Three electric SUVs have Tesla in their sights
An electric trickle turns into a flood: by 2025, up to 100 new electric vehicle models will be in the showrooms. Heavyweights like Volkswagen, General Motors and Ford promise all-electric setups within a decade.
The end times of gasoline can be almost a fait accompli, save for one annoying problem: even with Tesla’s steps, we are still waiting for the first real EV sales hit, let alone a mass exodus of unleaded vehicles.
In 2014, Nissan only sold 30,200 Leafs, and that’s still the US record for any non-Tesla model. Ford routinely sells more than 800,000 F-Series pickups. A single gasoline SUV, the Toyota RAV4, finds well over 400,000 buyers a year, compared to around 250,000 sales last year for all electric vehicles combined – 200,000 of which were Teslas.
Automakers insist that we are “that close” to a turning point. The electric vehicle market share is expected to grow from just 1.7% last year to up to 50% by 2032, said Scott Keogh, President and Chief Executive of Volkswagen of America. While Tesla captured 80% of the U.S. electric vehicle market in 2020, VW and other global giants – with internal combustion engine-based war boxes and unmatched expertise in size and manufacturing – are well positioned to grab a piece of Tesla’s pie .
“There has never been a competitive consumer product with a market share of 80%,” said Keogh long.
Globally, Volkswagen is poised to overtake Tesla as the world’s largest electric vehicle seller as early as next year, according to Deutsche Bank, with Europe and China being the key markets. In America, where the brand is still an outsider, VW and other older automakers are focusing on the stronghold of compact SUVs: models like the RAV4, which generate annual segment sales of around 4 million euros.
As always, the idea is to reduce the prices and charging times of electric vehicles while increasing the range until consumers no longer see any reason to stick to environmentally harmful gasoline models whose energy and operating costs exceed the plug-in alternatives.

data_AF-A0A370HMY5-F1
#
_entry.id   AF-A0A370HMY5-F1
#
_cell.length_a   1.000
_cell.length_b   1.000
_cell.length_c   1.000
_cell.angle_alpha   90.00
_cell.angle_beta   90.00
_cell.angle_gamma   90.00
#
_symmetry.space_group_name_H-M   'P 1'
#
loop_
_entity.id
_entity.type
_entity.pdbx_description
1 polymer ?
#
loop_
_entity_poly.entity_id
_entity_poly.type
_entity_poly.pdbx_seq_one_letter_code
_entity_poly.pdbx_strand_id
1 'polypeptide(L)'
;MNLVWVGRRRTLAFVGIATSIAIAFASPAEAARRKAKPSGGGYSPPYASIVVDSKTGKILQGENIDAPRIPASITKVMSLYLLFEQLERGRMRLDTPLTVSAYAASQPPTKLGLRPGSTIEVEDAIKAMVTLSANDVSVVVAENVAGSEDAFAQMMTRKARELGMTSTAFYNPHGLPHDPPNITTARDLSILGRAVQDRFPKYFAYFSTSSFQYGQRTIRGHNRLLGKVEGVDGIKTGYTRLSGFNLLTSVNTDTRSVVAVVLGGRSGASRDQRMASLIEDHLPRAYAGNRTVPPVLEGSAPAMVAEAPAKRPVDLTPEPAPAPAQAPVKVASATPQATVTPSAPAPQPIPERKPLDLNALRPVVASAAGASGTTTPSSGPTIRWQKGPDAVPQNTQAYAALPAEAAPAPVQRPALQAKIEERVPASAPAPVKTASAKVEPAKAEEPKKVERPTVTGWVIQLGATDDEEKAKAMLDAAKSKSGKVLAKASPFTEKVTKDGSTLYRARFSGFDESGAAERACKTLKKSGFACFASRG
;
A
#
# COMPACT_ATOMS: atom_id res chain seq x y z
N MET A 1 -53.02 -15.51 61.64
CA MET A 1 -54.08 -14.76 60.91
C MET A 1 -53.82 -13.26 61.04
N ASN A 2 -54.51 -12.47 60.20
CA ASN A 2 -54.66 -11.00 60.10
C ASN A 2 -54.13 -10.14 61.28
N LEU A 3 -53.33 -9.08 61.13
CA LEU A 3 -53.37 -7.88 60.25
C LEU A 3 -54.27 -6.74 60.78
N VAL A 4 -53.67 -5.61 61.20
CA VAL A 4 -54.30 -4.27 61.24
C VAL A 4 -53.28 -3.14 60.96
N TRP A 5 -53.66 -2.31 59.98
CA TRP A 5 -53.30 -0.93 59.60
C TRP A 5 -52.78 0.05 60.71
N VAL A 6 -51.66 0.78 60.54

Like the Rolling Stones who drive the Beatles forward, healthy competition will ultimately benefit all EV fans and creators. And when consumers see electric vehicles multiply in their neighbors’ driveways and take their first test drive, there will be no turning back.
“If you drive one, you drive the future and that’s what people will want, not a debate,” Keogh said.
The latest hopefuls for electric SUVs to hit showrooms are the VW ID.4, Ford Mustang Mach-E, and Volvo XC40 Recharge. The Nissan Ariya, the BMW iX and the Cadillac Lyriq are expected to arrive at the end of 2021 by next March. I drove the VW, Ford, and Volvo to see what could knock down Tesla’s Model Y SUV – or at least beat the 2014 Leaf.
Ford Mustang Mach-E
An undated photo from Ford shows the company’s Mustang Mach-E GT Performance Edition. The electric SUV due this summer starts from 0 to 60 mph in 3.5 seconds. (Ford Motor Company via the New York Times) FOR EDITORIAL USE ONLY WITH NYT STORY SLUGGED CARS ELECTRIC SUVS BY LAWRENCE ULRICH; ALL OTHER USE PROHIBITED.
Ford branded its fabled Mustang name on an electric SUV, igniting some boomers in the process. But the Mach-E appears to be Tesla’s Model Y’s most straightforward rival to date, not just in terms of price and performance, but also in terms of the Ford’s 300-mile maximum range.